Well, simply put, it looks like me. Though you probably wouldn't know it unless you have the unique privilege (?) of seeing me at the peaks and valleys of my swings. Those suffering (using that term lightly here for lack of something better) from Bipolar II are those people who are often considered movers and shakers. You know them. They have boundless energy. They get things done. They are often highly successful and creative. Many, like me, have learned over time to harness their periods of hypomania to their advantage. If mania was a Ferrari and normal was a Honda Accord, then hypomania would be a Corvette. Manic episodes are marked by periods of extreme energy, irritability, racing thoughts, forced speech, delusional thinking. Think of hypomania as just a tick below that. People undoubtedly view someone in a hypomanic episode as “abnormal” but not so abnormal that they feel compelled to call an ambulance. Just chatty. Energetic. A little bit annoying. Maybe.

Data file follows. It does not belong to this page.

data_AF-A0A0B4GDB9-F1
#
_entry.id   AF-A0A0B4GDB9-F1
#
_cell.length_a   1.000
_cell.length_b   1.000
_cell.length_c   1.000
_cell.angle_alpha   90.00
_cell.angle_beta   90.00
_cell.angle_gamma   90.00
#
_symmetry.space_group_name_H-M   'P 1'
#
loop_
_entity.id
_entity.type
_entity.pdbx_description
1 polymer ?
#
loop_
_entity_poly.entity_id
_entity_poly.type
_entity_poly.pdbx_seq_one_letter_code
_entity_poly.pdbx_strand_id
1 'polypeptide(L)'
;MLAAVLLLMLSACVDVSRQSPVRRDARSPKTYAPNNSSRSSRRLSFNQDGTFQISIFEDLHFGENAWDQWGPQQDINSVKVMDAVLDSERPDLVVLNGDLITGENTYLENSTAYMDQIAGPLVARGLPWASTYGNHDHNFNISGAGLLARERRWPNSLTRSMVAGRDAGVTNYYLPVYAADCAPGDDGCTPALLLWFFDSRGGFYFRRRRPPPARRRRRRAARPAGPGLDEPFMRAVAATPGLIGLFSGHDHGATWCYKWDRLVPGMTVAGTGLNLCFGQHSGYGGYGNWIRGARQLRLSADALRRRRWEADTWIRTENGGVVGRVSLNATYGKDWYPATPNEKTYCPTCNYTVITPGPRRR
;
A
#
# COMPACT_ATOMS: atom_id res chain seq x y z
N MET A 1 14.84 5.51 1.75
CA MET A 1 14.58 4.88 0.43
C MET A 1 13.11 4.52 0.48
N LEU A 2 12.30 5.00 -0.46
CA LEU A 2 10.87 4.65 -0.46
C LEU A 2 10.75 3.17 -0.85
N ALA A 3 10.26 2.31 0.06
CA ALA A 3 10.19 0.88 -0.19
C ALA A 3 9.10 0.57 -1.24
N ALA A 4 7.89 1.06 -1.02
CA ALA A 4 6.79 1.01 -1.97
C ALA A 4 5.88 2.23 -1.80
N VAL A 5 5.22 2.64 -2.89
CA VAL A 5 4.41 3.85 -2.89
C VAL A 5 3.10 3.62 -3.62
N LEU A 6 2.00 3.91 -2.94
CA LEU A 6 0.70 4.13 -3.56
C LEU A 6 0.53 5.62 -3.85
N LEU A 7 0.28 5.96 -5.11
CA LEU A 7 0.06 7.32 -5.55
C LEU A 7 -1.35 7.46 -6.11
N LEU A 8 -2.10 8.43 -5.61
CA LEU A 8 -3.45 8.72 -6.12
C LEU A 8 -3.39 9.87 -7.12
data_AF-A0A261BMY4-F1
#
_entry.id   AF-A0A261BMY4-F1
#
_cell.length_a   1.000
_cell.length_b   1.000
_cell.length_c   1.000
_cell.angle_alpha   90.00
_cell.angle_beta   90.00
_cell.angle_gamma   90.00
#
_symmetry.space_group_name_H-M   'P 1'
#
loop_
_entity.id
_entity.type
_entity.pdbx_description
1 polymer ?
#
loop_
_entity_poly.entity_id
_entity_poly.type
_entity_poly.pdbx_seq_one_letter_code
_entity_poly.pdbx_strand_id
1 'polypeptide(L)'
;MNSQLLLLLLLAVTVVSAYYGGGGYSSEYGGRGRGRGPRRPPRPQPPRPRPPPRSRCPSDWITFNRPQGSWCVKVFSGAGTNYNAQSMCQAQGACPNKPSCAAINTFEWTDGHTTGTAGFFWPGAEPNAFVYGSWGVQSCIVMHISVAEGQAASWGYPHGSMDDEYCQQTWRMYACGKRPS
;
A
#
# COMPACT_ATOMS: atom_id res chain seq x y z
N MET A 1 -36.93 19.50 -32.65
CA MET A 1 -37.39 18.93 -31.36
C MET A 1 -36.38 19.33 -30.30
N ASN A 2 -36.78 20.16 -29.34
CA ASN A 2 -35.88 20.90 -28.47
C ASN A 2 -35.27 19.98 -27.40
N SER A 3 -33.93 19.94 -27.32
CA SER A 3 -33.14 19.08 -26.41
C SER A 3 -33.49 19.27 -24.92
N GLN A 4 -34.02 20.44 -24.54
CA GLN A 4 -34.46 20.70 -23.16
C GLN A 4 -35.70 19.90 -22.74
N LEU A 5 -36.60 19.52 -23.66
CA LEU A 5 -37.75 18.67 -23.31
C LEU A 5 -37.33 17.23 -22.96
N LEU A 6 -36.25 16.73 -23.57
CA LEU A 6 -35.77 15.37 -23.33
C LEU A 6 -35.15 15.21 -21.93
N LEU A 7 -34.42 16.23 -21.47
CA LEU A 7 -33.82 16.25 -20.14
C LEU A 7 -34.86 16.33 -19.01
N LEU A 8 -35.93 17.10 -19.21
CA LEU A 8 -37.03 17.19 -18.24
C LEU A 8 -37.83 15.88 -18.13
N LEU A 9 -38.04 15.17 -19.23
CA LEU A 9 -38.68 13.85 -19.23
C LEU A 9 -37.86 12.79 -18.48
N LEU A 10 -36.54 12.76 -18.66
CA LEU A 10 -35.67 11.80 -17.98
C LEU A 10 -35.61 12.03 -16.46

So what does hypomania look like?
It doesn’t look the same for everyone but I’ll tell you what it looks like for me. It looks like sleeping 3-4 hours (on the high end) for days on end and never really feeling tired. In fact I usually feel quite rested. It looks like working a 12-hour night shift, coming home, taking kids to school, cleaning the house, running five miles, sleeping 2-3 hours, getting up, picking up the kids and doing it all over again. It looks like making questionable decisions, driven by some force that seems perfectly logical at the time. I looks like running for a month on a broken leg and not just avoiding the doctor but ignoring the pain entirely. It looks like a sudden urge to clean and organize every. thing. It looks like completely rearranging my dressers and closet at 2 am. It looks pretty functional. From the outside.